At Apprise Wealth Management, we want to help people make better decisions about money. We also read constantly and like sharing some of each week’s favorite commentaries.
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Here are this week’s articles as well as a brief description of each:
1. How to Appeal a Financial Aid Letter. We want our kids to go to the best college they can. But college is EXPENSIVE. What we want to do for our children and what we can afford to do for them may be at odds. According to this article, only about 1% of students receive adjustments to their financial aid packages. There are two primary reasons:
· Not enough families appeal for more financial aid
· Many families approach the process incorrectly
I know from experience you can get more aid than the school originally offers. I learned this when I was in college. A letter also helped us get more aid for our oldest child when he entered college. A couple of things to keep in mind when asking for more assistance. 1) Make the request personal. 2) It helps to have your child make the request. See here and here for additional tips.
2. How to Introduce Yourself so You’ll Be Unforgettable (In a Good Way!). If you network regularly, several times a week, someone is likely to ask, “What do you do?” People expect you to say something like “I’m job title X at company Y.” However, answering that way means passing up an opportunity to let the other person know who you really are. After all, we are more than just our job. Getting our introduction right can help us truly connect. It takes time and effort to craft a better intro, but it can truly set us apart. When deciding what you want to say, keep the following in mind:
· What would you like to be known for?
· What problems can only you solve?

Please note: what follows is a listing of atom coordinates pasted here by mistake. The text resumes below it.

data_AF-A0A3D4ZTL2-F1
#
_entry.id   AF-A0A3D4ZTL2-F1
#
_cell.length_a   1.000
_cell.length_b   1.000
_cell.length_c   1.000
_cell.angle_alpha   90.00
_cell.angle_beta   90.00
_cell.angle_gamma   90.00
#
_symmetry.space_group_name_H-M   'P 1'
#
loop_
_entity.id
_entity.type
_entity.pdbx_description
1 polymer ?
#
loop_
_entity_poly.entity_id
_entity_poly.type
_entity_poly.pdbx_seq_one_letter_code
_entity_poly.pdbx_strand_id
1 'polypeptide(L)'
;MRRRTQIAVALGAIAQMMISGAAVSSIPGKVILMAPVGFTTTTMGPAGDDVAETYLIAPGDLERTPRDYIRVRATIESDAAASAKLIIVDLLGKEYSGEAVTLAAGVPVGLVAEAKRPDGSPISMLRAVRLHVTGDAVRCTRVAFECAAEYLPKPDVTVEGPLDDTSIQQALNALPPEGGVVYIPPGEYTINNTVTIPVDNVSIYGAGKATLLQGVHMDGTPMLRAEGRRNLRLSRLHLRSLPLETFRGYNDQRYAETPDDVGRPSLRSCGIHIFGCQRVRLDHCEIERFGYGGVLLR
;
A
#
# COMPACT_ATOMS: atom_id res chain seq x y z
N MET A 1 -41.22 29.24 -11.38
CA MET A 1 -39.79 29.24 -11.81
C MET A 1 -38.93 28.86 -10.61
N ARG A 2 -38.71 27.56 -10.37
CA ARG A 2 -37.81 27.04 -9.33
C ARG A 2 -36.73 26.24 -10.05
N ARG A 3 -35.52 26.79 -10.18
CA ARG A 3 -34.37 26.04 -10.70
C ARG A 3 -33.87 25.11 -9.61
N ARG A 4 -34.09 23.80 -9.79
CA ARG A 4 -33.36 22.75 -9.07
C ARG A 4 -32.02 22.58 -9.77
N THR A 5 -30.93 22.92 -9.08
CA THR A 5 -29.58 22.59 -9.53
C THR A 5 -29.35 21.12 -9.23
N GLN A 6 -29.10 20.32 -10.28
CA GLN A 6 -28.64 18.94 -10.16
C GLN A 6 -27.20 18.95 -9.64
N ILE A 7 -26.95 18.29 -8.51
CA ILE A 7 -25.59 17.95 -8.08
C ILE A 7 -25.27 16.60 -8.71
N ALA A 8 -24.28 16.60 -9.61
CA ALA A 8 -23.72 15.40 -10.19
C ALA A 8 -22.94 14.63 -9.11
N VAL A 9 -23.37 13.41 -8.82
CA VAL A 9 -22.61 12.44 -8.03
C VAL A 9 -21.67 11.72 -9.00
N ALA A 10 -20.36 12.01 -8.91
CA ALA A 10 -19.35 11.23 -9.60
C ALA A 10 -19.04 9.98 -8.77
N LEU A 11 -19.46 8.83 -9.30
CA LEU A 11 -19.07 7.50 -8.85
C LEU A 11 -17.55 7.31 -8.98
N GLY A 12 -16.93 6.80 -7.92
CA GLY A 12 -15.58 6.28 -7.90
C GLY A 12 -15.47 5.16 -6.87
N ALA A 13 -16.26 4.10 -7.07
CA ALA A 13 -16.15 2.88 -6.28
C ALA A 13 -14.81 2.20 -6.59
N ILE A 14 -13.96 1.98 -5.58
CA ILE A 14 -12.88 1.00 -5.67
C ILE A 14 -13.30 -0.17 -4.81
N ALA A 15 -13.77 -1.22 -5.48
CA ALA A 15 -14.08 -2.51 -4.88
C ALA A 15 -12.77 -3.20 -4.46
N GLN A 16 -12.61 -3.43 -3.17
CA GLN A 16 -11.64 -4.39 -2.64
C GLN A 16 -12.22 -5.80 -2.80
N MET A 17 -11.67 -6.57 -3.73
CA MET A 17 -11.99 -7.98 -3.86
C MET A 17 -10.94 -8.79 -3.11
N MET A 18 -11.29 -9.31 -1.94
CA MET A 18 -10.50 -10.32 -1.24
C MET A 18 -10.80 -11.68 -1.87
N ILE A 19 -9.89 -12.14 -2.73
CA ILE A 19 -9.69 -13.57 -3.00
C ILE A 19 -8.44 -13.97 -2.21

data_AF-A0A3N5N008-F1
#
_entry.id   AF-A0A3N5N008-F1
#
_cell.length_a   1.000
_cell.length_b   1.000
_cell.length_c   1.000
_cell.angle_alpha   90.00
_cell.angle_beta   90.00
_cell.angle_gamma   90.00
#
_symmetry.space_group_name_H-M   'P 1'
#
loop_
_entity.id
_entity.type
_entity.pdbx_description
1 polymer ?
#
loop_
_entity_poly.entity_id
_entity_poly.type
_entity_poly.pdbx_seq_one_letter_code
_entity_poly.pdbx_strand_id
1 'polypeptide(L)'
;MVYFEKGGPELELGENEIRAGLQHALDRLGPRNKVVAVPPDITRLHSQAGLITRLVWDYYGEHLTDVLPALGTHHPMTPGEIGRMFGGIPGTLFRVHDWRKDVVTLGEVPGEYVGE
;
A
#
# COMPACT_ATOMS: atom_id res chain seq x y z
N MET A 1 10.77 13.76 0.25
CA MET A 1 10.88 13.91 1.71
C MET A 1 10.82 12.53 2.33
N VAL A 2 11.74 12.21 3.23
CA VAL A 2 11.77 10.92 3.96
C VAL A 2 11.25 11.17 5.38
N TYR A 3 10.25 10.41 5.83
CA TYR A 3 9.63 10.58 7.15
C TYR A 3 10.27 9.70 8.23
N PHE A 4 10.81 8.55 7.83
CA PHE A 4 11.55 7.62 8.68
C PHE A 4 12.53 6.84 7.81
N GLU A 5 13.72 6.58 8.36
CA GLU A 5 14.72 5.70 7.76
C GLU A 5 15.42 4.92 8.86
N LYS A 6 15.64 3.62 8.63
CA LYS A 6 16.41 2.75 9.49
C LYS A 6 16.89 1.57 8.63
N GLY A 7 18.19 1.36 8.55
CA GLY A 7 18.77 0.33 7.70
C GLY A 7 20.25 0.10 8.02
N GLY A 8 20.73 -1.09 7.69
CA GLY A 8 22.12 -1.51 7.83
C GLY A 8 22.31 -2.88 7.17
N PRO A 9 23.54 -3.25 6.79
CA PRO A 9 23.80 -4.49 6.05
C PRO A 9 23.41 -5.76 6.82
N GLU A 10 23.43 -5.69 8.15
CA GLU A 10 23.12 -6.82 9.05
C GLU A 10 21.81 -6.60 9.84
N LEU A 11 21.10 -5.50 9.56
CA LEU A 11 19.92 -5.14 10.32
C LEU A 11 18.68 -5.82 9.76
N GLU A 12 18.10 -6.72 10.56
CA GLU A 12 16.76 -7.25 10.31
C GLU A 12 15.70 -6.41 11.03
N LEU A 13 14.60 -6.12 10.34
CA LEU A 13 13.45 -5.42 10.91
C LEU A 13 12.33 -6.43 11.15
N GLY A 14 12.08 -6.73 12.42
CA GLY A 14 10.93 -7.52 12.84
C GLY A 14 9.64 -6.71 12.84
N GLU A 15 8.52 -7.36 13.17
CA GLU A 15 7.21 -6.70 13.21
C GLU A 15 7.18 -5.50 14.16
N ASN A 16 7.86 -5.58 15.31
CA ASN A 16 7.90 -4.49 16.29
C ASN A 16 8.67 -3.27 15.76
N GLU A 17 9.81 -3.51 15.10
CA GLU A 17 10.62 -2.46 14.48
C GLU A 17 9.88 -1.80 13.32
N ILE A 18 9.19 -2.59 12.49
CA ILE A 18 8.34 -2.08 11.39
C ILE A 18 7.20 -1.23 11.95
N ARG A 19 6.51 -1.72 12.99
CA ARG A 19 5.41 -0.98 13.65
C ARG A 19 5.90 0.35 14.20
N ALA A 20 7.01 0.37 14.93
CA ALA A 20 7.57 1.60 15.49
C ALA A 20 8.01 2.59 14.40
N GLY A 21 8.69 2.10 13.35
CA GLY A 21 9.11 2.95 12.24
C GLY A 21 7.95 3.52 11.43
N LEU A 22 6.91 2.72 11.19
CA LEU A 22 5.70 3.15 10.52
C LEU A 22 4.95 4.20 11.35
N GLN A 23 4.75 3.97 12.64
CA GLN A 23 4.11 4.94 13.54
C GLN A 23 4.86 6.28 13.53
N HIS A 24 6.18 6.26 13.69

· Show some vulnerability.
Reading this article has me thinking about a better answer to the question. After all, what makes me different from other financial advisors?
3. Political Reality Meets Economic Reality. For me, memos from Howard Marks are a must read. Warren Buffett shares that sentiment: “When I see memos from Howard Marks in my mail, they’re the first thing I open and read. I always learn something, and that goes double for his book [The Most Important Thing: Uncommon Sense for the Thoughtful Investor]. In this memo, Marks aims to “describe what happens when political reality collides with economic reality.” He does it without trying to make political judgments or make a particular politician look bad as well.
4. Diversification Is Almost Undefeated. When investing for retirement, the goal should be to invest in a way that increases your chances of living the life you want. Historically, investing with a long-term approach decreases the likelihood that you will lose money. In reviewing performance since 1926, a portfolio holding 60% stocks and 40% bonds (using the S&P 500 and five-year treasuries) has delivered positive returns in all periods of 10 and 20 years. You can find similar results for international stocks as well. While there are never guarantees that history will repeat, the data supports the advantages of being patient when you invest.
5. 6 Daily Habits to Create Financial Success in 2019. We are already in 2019’s second month. Time truly does fly. However, we do not have to let the calendar dictate when we adopt new habits. This article offers six great tips to help you achieve your financial goals. One of my favorites is tracking your spending carefully. Before I bought my first home, I was worried about whether I could afford it. I tracked every penny I spent for a couple of months. After analyzing the data, I realized there were many ways I could cut expenses. After I got married to my wonderful wife, Diana, I started using Quicken to track our finances. I still do it to this day.
We hope you find the above posts valuable. If you would like to talk to us about financial topics including your investments, creating a financial plan, saving for college, or saving for your retirement please complete our contact form, and we will be in touch. We can schedule a call, a virtual meeting via Zoom, or a meeting at Apprise Wealth Management’s office in Northern Baltimore County.
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Phil Weiss founded Apprise Wealth Management. He started his financial services career in 1987 working as a tax professional for Deloitte & Touche. For the past 25+ years, he has worked extensively in the areas of financial planning and investment management. Phil is both a CFA charterholder and a CPA.
Located just north of Baltimore, Apprise works with clients face-to-face locally and can also work virtually regardless of location.